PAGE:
Colman is nevertheless rather splendid in the lead role, bringing a worldly-wise, wistful reflectiveness that almost has you believing he’s really found his dream state; it’s just unfortunate that the rendering of said dream is so four-square (still, Lost Horizon received an Oscar for art direction, and one for editing, the latter possibly reflecting the whittling and whittling that occurred after Cohn got hold of it; this led to the current restored but incomplete version).

Lost Horizon’s ending is also curiously dissatisfying; just as the opening is an unnecessarily verbose introduction to the theme, so much of what occurs after Robert leaves (and his brother perishes over a cliff, which’ll happen if you discover you’ve been shagging someone old enough to be your gran) is reported fact at a gentleman’s club; it sounds very exciting, and so is the antithesis of most of the movie.

It’s easy to understand why Capra was so taken with the story, given his invoked intent to raise others up with his films (they “must let every man, woman, and child know that God loves them, that I love them, and that peace and salvation will become a reality only when they learn to love each other”), but the problem is perhaps that the novel is too on the nose, to precise a reflection of his intent, so there’s scant room for nuance in the telling (“It held a mirror up to the thoughts of every human being on Earth… Any story that reaches into the hearts and minds of all humanity is a story that can be put on the screen successfully as good entertainment”).

Lost Horizon isn’t an unlikeable film, but it’s in its bones to meander, to talk around dreams come true rather than seize the imagination through visualising them with a creative flourish. Maybe that’s its essential problem, that it isn’t, essentially, cinematic; Shangri-La is an idea which, as soon as you attempt to grasp, slips away or becomes sullied by underwhelming tangibility. Woe betide Indiana Jones if he goes in search of the fountain of youth for his fourth sequel.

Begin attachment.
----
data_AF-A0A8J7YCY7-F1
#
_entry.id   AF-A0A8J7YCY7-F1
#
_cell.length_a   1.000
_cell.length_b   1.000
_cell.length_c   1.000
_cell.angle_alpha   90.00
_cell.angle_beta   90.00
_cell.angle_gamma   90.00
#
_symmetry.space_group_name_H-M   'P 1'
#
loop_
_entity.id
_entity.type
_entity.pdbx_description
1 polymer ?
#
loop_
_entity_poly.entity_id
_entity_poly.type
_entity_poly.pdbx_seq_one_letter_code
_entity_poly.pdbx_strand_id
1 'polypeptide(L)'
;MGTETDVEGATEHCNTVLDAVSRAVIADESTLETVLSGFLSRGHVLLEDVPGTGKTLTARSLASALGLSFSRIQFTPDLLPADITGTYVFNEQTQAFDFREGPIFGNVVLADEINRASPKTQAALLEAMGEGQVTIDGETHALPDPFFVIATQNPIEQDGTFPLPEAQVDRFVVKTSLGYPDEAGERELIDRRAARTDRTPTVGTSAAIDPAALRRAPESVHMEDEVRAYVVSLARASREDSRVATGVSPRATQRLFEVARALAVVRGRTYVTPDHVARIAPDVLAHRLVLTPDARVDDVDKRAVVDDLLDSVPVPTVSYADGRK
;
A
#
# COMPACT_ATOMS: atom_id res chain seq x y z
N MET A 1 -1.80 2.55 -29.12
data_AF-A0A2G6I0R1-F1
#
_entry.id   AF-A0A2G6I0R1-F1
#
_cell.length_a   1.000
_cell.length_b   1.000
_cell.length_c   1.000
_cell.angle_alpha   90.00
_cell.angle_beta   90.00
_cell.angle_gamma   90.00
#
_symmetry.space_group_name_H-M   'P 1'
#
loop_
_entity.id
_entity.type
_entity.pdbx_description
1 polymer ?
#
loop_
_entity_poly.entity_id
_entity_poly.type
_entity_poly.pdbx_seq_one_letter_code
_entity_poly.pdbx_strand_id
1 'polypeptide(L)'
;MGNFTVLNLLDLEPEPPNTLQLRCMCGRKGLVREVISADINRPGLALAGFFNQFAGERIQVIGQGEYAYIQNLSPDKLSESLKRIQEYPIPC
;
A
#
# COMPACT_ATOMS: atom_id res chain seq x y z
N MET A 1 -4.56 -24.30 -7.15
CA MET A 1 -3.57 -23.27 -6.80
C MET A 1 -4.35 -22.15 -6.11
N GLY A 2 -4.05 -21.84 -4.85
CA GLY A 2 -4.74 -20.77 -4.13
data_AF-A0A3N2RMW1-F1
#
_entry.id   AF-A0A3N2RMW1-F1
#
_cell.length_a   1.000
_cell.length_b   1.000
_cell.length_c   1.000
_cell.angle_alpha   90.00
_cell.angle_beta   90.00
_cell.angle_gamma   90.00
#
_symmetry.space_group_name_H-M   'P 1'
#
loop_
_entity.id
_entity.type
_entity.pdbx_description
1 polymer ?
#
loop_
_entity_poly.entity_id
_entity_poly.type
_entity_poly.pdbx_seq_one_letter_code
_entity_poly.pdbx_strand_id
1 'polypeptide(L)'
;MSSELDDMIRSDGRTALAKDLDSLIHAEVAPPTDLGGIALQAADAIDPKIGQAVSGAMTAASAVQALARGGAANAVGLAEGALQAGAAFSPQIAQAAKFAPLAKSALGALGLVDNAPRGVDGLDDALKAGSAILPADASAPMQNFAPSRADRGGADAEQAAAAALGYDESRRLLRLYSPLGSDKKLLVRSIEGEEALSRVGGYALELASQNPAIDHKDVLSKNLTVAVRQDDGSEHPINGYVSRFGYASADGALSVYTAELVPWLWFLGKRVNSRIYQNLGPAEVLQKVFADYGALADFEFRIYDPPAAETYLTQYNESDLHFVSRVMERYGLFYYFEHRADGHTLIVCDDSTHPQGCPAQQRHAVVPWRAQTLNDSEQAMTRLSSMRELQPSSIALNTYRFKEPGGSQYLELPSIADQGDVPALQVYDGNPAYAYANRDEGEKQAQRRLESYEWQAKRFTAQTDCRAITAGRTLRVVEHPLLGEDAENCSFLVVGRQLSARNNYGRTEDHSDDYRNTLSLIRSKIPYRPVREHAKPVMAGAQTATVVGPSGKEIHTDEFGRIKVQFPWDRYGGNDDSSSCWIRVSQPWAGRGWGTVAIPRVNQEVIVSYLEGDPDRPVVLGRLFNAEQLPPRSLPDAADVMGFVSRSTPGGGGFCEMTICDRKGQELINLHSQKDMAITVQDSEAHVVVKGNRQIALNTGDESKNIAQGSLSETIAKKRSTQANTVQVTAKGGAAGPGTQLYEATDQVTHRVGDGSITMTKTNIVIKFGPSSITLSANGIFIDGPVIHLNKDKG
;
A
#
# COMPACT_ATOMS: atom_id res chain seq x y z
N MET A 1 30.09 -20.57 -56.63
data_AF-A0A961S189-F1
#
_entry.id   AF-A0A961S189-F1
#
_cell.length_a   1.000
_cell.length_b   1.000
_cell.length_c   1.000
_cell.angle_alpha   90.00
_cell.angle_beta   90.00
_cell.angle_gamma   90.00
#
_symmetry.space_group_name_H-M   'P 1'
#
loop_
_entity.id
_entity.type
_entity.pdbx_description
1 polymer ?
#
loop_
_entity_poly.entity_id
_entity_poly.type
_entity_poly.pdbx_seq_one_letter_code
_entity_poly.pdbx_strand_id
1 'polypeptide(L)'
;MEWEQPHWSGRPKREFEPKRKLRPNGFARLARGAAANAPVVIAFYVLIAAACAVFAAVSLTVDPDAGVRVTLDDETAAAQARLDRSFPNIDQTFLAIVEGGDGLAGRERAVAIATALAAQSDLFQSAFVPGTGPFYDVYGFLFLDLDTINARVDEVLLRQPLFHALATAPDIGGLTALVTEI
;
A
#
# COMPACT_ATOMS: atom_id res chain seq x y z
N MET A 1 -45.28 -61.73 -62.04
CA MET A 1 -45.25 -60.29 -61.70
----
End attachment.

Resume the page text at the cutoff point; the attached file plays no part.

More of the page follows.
Agree? Disagree? Mildly or vehemently? Let me know in the comments below.

Comments

Popular posts from this blog

There are times when I miss the darkness. It is hard to live always in the light.

She writes Twilight fan fiction.

Vampire Academy (2014)
My willingness to give writer Daniel Waters some slack on the grounds of early glories sometimes pays off (Sex and Death 101) and sometimes, as with this messy and indistinct Young Adult adaptation, it doesn’t. If Vampire Academy plods along as a less than innovative smart-mouthed Buffy rip-off that might be because, if you added vampires to Heathers, you would probably get something not so far from the world of Joss Whedon. Unfortunately inspiration is a low ebb throughout, not helped any by tepid direction from Daniel’s sometimes-reliable brother Mark and a couple of hopelessly plankish leads who do their best to dampen down any wit that occasionally attempts to surface.

I can only presume there’s a never-ending pile of Young Adult fiction poised for big screen failure, all of it comprising multi-novel storylines just begging for a moment in the Sun. Every time an adaptation crashes and burns (and the odds are that they will) another one rises, hydra-like, hoping…

I had that Christopher Marlowe in my boat once.

Shakespeare in Love (1998)
(SPOILERS) You see? Sometimes Oscar can get it right. Not that the backlash post-announcement would have you crediting any such. No, Saving Private Ryan had the rug unscrupulously pulled from under it by Harvey Weinstein essentially buying Shakespeare in Love’s Best Picture through a lavish promotional campaign. So unfair! It is, of course, nothing of the sort. If the rest of Private Ryan were of the same quality as its opening sequence, the Spielberg camp might have had a reasonable beef, but Shakespeare in Love was simply in another league, quality wise, first and foremost thanks to a screenplay that sang like no other in recent memory. And secondly thanks to Gwyneth Paltrow, so good and pure, before she showered us with goop.

The Statue of Liberty is kaput.

Saving Private Ryan (1998)
(SPOILERS) William Goldman said of Saving Private Ryan, referencing the film’s titular objective in Which Lie Did I Tell? that it “becomes, once he is found, a disgrace”. “Hollywood horseshit” he emphasised, lest you were in doubt as to his feelings. While I had my misgivings about the picture on first viewing, I was mostly, as many were, impacted by its visceral prowess (which is really what it is, brandishing it like only a director who’s just seen Starship Troopers but took away none of its intent could). So I thought, yeah Goldman’s onto something here, if possibly slightly exaggerating for effect. But no, he’s actually spot-on. If Saving Private Ryan had been a twenty-minute short, it would rightly muster all due praise for its war-porn aesthetic, but unfortunately there’s a phoney, sentimental, hokey tale attached to that opening, replete with clichéd characters, horribly earnest, honorific music and “exciting!” action to engage your interest. There are…